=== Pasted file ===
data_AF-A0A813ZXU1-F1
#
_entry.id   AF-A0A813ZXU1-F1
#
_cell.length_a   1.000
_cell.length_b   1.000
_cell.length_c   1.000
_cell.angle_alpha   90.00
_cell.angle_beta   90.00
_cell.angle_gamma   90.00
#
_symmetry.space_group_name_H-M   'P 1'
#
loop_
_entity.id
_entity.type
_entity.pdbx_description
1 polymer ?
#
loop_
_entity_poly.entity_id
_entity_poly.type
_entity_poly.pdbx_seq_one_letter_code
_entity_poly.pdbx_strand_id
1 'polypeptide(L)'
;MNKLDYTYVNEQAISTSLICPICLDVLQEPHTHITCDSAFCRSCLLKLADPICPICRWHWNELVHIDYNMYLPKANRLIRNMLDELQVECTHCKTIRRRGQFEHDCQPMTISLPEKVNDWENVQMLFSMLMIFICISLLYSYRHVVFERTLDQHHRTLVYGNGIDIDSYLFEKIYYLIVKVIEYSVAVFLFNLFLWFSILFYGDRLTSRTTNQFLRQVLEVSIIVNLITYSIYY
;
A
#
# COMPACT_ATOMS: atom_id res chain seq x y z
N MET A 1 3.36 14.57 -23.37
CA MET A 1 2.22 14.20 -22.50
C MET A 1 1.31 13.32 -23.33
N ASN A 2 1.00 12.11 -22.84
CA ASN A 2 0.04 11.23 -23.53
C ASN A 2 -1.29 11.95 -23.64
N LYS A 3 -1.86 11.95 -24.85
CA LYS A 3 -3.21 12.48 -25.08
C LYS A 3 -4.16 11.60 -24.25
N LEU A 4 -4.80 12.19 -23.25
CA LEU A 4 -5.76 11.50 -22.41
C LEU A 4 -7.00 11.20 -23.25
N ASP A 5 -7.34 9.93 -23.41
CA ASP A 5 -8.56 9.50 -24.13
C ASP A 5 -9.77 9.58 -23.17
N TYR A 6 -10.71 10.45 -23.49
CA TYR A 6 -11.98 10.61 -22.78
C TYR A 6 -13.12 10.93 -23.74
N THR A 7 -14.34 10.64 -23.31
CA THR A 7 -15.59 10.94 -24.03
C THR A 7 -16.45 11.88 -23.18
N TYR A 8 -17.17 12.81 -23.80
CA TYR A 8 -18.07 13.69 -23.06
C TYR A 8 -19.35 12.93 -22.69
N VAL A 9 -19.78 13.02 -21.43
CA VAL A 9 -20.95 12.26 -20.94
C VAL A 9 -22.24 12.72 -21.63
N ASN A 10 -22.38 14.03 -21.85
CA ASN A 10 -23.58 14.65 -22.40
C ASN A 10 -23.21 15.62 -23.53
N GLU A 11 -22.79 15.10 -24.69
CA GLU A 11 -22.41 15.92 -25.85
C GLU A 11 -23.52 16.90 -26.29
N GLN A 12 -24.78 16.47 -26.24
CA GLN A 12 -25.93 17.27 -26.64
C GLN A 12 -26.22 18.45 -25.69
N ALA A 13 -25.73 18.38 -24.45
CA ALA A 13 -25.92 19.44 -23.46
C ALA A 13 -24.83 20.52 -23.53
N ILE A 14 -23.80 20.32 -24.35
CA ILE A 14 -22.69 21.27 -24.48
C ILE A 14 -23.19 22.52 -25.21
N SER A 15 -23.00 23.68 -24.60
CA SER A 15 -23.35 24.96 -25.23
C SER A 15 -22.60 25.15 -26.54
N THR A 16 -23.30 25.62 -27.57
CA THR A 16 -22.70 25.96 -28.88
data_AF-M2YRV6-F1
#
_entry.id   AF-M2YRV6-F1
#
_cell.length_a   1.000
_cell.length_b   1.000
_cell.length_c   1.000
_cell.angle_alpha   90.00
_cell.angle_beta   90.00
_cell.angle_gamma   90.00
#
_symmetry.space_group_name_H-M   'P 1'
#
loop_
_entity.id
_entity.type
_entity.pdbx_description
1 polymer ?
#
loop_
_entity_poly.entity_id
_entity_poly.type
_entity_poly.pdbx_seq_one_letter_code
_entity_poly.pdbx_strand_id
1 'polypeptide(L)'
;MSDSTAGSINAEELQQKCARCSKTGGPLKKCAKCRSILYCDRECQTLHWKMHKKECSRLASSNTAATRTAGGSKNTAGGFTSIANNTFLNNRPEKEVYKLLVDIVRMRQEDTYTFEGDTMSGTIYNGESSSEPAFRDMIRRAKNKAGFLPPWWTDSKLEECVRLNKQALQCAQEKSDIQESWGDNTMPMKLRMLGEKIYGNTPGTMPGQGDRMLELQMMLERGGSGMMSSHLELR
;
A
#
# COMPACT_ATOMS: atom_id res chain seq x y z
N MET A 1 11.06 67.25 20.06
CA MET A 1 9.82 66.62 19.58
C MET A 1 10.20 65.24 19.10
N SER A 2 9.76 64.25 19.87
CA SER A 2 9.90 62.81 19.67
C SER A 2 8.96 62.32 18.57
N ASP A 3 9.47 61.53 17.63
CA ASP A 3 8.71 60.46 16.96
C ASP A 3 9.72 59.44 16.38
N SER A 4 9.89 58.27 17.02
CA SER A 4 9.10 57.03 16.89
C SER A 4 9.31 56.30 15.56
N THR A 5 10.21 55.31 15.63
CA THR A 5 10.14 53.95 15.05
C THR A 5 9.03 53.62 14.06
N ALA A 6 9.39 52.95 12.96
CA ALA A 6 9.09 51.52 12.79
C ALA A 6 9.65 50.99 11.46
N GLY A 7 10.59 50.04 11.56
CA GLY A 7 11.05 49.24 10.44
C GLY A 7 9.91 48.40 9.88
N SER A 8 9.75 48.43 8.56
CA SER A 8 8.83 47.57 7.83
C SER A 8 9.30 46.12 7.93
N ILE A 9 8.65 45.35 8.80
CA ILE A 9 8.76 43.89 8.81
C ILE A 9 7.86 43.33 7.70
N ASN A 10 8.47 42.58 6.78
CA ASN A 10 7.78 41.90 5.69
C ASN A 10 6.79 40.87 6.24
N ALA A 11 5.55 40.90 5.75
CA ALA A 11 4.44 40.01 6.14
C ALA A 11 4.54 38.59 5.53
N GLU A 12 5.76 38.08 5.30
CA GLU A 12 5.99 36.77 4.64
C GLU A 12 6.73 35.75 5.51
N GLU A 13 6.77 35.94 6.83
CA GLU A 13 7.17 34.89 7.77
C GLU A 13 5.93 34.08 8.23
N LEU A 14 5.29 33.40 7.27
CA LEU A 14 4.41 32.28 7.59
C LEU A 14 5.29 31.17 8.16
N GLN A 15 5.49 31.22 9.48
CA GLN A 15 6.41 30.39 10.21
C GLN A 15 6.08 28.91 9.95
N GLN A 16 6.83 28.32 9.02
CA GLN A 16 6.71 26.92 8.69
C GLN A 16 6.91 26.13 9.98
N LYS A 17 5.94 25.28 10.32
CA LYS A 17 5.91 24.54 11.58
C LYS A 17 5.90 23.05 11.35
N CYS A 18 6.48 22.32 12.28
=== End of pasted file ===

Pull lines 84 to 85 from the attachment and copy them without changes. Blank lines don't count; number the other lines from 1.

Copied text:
_cell.length_c   1.000
_cell.angle_alpha   90.00